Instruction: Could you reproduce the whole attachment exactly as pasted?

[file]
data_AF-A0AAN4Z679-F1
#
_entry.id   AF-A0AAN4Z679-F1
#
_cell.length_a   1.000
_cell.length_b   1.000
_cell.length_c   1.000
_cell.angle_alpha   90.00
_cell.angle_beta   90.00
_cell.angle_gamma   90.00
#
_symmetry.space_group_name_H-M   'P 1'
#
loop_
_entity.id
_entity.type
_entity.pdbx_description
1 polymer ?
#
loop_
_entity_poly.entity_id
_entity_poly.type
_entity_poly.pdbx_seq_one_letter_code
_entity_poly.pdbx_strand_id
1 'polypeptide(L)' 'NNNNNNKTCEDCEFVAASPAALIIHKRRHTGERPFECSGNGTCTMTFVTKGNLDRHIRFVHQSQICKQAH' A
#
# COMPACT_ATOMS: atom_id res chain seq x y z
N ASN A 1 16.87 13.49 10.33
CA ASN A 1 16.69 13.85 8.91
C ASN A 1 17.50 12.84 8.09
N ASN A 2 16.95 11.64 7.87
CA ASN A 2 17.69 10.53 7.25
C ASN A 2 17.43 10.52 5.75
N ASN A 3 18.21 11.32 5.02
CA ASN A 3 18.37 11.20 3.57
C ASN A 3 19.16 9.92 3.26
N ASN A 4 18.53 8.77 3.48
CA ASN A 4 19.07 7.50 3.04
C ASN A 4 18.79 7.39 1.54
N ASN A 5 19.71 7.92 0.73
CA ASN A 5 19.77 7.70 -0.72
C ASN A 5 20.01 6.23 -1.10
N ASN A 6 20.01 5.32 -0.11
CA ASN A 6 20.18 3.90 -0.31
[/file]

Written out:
data_AF-A0AAN4Z679-F1
#
_entry.id   AF-A0AAN4Z679-F1
#
_cell.length_a   1.000
_cell.length_b   1.000
_cell.length_c   1.000
_cell.angle_alpha   90.00
_cell.angle_beta   90.00
_cell.angle_gamma   90.00
#
_symmetry.space_group_name_H-M   'P 1'
#
loop_
_entity.id
_entity.type
_entity.pdbx_description
1 polymer ?
#
loop_
_entity_poly.entity_id
_entity_poly.type
_entity_poly.pdbx_seq_one_letter_code
_entity_poly.pdbx_strand_id
1 'polypeptide(L)' 'NNNNNNKTCEDCEFVAASPAALIIHKRRHTGERPFECSGNGTCTMTFVTKGNLDRHIRFVHQSQICKQAH' A
#
# COMPACT_ATOMS: atom_id res chain seq x y z
N ASN A 1 16.87 13.49 10.33
CA ASN A 1 16.69 13.85 8.91
C ASN A 1 17.50 12.84 8.09
N ASN A 2 16.95 11.64 7.87
CA ASN A 2 17.69 10.53 7.25
C ASN A 2 17.43 10.52 5.75
N ASN A 3 18.21 11.32 5.02
CA ASN A 3 18.37 11.20 3.57
C ASN A 3 19.16 9.92 3.26
N ASN A 4 18.53 8.77 3.48
CA ASN A 4 19.07 7.50 3.04
C ASN A 4 18.79 7.39 1.54
N ASN A 5 19.71 7.92 0.73
CA ASN A 5 19.77 7.70 -0.72
C ASN A 5 20.01 6.23 -1.10
N ASN A 6 20.01 5.32 -0.11
CA ASN A 6 20.18 3.90 -0.31